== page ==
The Ubuntu Linux installation disk comes in a lot of versions. Generally, to do anything unusual (like encrypting a partition), you will need to use the text-based installer (a.k.a. the Debian installer), which is found on either the "alternate install CD" or the "install/live DVD". (I used the latter.)

One question I was unable to answer even after lots of Googling: would the text-based installer's default options allow me to create the encrypted partition, or would I need to install in "expert mode"? No clue. So I went with expert mode, like this:

file=/cdrom/preseed/ubuntu.seed initrd=/install/initrd.gz quiet -- file=/cdrom/preseed/ubuntu.seed initrd=/install/initrd.gz priority=low quiet --

The installer started up in expert mode. At this point I also remembered to plug in my network cable: I wanted the installer to use the newest versions of everything it was installing, not just what was on the installation disk.

Expert mode is kinda interesting even for a non-expert. You get to see all the things the installer is doing to your system. There are a lot of questions and choices demanding your input, but you can just accept the defaults on anything you don't quite understand. So I won't document every item — I either made the obvious choice or accepted the default for most questions.

The fun stuff started when I reached Partition disks on the menu. I'd already done the basic partitioning (see Part 3), and Windows was installed on Partition #1. That left three blank partitions for the Ubuntu root directory, /home, and the swap partition. (I'd spared myself some confusion by using only the four primary partitions, so there was no need for worrying about logical volumes.) I wanted encryption for /home and swap, and all three still needed formatting.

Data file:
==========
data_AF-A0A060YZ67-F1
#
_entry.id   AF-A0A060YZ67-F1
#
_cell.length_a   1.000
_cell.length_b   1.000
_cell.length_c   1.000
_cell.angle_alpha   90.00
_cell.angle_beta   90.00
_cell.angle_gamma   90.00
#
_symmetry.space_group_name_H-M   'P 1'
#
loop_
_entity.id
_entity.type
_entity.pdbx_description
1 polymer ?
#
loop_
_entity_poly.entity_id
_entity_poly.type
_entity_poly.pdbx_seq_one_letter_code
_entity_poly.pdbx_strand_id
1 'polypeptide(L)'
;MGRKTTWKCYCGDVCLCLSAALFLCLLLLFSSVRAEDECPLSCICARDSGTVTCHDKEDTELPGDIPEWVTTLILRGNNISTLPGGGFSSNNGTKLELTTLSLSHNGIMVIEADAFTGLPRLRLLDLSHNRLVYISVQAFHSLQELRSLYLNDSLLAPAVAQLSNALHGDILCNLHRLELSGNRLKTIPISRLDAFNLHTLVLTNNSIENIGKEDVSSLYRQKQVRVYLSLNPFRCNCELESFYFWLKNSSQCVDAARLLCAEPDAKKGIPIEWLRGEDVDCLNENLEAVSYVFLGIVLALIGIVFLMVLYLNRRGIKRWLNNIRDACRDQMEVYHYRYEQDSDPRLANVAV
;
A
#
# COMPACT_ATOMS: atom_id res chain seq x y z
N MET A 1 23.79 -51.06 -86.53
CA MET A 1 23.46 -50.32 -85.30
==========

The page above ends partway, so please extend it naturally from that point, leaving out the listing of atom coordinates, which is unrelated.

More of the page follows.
I selected Partitioning method: Manual and verified that the displayed partitions matched what I'd created earlier. From this list I selected Partition #2, and entered the following:

(No, I don't know what "relatime" is, or why there should be 5% reserved blocks for the superuser. These are examples of where I just accepted the defaults, because I really didn't want to spend the time researching every single item.)

Partition #2 was easy: I only wanted to use it from Linux (in fact, I preferred not to see it at all from Windows, so that I wouldn't mess something up by accident), and I didn't plan to encrypt it. (This is a slight security risk, because it leaves things like the /tmp directory visible.)

Partition #3 was to be my Linux /home directory and my Windows encrypted drive for private stuff. So the first step was to set up the encryption:

Two items of note. Encryption key: Passphrase is what makes this dm-crypt/LUKS encryption, and not just plain dm-crypt. The installer prompts for a passphrase at a later step. And Erase data: yes forces the partition to be overwritten with random data, making it harder for Bad Guy to distinguish what is actual encrypted data and what is junk.

At this point there was still more configuration to be done for the encrypted Partition #3, but it was easier to continue first with the preliminary setup for Partition #4, a 4 GB swap partition. I wanted this encrypted too. A swap partition (or a pagefile in Windows) can contain all sorts of private stuff, anything that happens to be in memory when the memory fills up and the overflow gets written to disk.

My settings for Partition #4 were identical to what's shown above for Partition #3, with one exception: